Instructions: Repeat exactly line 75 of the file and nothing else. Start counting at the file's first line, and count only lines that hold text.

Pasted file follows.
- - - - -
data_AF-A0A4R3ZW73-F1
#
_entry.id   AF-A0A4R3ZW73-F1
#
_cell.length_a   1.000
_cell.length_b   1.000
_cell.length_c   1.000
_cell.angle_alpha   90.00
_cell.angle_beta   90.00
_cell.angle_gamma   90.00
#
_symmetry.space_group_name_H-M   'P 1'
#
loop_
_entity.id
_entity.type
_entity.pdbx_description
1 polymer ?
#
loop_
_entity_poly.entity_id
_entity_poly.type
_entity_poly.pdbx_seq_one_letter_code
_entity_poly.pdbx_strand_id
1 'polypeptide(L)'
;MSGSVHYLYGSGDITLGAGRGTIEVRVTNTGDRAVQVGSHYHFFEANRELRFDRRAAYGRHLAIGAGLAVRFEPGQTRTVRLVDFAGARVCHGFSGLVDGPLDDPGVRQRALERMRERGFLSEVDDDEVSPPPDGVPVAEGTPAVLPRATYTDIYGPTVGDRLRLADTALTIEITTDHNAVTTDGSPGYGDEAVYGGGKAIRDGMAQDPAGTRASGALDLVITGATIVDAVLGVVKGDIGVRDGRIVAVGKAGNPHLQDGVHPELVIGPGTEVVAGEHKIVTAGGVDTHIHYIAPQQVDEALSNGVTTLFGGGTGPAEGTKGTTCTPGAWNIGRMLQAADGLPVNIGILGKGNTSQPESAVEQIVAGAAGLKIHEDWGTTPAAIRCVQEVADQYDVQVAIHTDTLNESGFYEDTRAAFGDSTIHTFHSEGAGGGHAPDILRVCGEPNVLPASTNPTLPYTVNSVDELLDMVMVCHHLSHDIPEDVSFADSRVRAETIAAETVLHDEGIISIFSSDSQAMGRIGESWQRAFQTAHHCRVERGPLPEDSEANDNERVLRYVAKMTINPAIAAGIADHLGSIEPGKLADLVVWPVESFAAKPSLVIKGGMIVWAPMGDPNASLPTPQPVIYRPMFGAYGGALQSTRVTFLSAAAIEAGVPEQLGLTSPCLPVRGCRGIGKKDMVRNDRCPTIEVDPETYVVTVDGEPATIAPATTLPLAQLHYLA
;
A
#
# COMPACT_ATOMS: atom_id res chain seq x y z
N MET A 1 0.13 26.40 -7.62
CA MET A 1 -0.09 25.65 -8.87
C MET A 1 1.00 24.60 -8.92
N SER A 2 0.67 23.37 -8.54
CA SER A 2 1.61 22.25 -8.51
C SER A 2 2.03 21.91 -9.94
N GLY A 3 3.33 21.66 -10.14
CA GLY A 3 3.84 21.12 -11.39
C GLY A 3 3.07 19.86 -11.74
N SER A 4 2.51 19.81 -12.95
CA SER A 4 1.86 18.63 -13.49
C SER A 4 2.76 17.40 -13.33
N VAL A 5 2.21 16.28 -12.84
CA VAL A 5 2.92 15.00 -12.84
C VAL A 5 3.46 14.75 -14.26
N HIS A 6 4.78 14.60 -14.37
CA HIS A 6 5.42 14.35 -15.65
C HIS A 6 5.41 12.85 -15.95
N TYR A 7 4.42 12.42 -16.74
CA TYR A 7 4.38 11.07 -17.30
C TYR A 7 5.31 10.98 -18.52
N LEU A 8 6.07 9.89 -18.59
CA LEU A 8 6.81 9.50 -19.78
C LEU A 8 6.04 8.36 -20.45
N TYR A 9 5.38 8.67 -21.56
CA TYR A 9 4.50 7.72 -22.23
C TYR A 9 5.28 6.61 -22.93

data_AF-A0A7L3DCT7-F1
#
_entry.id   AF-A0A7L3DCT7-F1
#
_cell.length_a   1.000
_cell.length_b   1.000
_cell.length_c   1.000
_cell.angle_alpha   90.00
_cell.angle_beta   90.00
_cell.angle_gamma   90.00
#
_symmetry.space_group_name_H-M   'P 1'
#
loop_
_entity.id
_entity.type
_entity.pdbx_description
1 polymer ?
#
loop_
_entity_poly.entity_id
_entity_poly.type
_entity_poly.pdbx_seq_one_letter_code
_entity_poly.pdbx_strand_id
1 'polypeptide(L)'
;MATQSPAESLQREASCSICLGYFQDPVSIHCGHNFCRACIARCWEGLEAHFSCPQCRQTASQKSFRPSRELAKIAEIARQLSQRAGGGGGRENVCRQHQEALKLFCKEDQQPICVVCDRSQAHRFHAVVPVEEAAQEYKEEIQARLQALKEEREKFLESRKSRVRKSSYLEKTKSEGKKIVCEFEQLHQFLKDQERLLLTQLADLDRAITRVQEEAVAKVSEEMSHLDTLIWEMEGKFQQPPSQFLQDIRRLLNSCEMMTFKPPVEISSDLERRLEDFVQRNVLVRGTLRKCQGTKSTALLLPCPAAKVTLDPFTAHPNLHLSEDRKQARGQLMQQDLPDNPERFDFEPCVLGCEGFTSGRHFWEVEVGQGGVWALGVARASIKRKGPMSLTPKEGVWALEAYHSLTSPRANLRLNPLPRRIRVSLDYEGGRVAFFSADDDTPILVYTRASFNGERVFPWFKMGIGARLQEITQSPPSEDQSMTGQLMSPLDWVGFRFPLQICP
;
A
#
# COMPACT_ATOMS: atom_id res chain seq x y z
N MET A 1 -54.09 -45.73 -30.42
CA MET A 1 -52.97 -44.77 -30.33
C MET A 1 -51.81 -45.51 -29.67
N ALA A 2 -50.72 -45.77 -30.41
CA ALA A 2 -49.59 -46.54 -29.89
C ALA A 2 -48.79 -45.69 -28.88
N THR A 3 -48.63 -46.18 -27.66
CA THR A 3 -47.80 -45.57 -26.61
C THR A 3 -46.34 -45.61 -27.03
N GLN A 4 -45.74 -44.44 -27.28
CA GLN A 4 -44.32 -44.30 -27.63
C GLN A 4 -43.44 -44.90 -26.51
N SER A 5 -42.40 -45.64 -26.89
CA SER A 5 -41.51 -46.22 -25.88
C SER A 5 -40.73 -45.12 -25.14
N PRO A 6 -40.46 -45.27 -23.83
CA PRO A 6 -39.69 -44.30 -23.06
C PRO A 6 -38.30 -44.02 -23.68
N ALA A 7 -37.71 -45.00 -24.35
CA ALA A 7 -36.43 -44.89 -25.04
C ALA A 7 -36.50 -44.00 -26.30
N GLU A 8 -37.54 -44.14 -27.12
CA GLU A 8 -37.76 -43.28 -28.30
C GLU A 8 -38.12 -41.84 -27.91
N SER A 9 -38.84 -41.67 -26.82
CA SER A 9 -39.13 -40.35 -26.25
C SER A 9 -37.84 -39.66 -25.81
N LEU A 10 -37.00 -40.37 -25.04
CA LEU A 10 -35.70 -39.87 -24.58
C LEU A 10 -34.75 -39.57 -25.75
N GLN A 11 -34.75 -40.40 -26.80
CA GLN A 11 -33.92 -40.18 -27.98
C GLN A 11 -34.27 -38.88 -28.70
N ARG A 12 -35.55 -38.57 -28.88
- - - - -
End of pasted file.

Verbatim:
1 polymer ?